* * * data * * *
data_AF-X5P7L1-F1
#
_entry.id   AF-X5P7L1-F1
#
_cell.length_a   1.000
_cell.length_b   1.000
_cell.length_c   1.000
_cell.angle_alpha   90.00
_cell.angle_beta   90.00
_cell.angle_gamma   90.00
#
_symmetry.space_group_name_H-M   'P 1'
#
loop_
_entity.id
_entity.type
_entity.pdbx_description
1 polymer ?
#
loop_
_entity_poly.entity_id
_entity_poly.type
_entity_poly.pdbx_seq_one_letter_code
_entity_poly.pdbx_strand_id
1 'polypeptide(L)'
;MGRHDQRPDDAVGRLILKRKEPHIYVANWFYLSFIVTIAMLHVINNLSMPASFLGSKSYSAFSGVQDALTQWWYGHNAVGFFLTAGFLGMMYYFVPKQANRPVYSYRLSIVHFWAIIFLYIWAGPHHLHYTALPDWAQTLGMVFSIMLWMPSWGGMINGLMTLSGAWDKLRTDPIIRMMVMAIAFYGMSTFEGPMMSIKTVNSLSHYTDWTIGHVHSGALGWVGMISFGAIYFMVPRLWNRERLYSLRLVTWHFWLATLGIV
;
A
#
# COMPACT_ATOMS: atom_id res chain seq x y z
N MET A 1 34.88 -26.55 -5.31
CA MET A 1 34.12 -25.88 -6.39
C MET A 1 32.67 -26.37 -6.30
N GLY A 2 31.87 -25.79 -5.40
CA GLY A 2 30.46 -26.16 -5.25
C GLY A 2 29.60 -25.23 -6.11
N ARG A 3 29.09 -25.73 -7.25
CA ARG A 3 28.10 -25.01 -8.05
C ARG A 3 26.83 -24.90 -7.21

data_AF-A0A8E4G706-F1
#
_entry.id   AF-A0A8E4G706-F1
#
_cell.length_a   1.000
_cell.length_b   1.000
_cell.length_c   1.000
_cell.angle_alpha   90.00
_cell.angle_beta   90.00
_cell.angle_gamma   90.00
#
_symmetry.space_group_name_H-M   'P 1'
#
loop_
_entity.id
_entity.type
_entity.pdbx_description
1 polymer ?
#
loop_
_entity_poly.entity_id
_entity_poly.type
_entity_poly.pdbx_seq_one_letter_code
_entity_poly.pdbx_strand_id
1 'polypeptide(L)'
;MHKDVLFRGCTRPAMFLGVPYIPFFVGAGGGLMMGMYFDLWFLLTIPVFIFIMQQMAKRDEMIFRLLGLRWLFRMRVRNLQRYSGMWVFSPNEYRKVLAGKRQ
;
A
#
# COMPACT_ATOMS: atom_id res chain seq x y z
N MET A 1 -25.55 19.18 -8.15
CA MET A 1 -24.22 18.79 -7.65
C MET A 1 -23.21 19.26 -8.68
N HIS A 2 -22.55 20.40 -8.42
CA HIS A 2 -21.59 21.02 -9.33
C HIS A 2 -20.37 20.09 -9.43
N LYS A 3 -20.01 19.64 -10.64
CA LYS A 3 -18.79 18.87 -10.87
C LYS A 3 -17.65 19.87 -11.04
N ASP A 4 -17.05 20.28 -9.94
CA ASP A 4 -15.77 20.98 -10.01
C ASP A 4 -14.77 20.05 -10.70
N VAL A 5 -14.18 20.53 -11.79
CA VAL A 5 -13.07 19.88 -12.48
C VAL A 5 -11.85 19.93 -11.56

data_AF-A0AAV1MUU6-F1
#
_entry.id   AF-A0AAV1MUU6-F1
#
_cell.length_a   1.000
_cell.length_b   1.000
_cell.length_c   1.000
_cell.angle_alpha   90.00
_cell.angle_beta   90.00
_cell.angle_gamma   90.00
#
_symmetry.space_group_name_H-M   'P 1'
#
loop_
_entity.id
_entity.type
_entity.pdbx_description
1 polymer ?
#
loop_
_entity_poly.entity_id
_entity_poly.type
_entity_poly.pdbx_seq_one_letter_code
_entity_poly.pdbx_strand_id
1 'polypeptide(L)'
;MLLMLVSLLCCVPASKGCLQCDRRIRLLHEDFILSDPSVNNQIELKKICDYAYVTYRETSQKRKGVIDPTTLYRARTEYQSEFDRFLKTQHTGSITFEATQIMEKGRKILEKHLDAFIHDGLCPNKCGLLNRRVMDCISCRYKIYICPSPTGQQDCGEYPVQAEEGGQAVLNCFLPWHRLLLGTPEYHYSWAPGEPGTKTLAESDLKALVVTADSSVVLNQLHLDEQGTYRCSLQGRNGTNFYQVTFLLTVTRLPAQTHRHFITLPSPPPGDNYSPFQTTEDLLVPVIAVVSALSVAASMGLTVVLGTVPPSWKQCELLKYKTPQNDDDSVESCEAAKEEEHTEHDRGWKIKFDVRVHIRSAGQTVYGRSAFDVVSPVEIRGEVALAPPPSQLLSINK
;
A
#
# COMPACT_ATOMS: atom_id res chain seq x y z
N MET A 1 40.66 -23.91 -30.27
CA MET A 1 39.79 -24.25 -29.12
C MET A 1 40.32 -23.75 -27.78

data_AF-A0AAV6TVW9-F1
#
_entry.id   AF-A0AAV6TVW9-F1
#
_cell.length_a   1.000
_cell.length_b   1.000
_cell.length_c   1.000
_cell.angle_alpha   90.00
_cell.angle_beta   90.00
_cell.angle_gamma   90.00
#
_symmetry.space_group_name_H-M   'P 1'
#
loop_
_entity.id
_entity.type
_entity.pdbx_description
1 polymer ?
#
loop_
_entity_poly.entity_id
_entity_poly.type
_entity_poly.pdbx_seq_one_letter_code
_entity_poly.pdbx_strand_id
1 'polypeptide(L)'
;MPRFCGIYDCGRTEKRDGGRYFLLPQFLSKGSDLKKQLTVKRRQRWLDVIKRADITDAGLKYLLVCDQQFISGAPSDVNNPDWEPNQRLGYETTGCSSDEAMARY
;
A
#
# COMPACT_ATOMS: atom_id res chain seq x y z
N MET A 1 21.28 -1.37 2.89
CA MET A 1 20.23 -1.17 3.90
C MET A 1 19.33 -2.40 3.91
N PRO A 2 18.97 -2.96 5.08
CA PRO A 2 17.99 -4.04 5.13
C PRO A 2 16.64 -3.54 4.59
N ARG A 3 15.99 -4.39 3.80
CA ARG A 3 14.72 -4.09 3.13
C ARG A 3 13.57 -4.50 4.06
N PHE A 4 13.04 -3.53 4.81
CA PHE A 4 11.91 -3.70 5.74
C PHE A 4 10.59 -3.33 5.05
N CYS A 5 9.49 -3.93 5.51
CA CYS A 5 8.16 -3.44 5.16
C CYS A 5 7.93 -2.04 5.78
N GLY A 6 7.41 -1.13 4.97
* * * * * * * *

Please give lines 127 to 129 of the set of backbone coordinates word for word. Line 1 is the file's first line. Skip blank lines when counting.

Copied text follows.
_cell.angle_gamma   90.00
#
_symmetry.space_group_name_H-M   'P 1'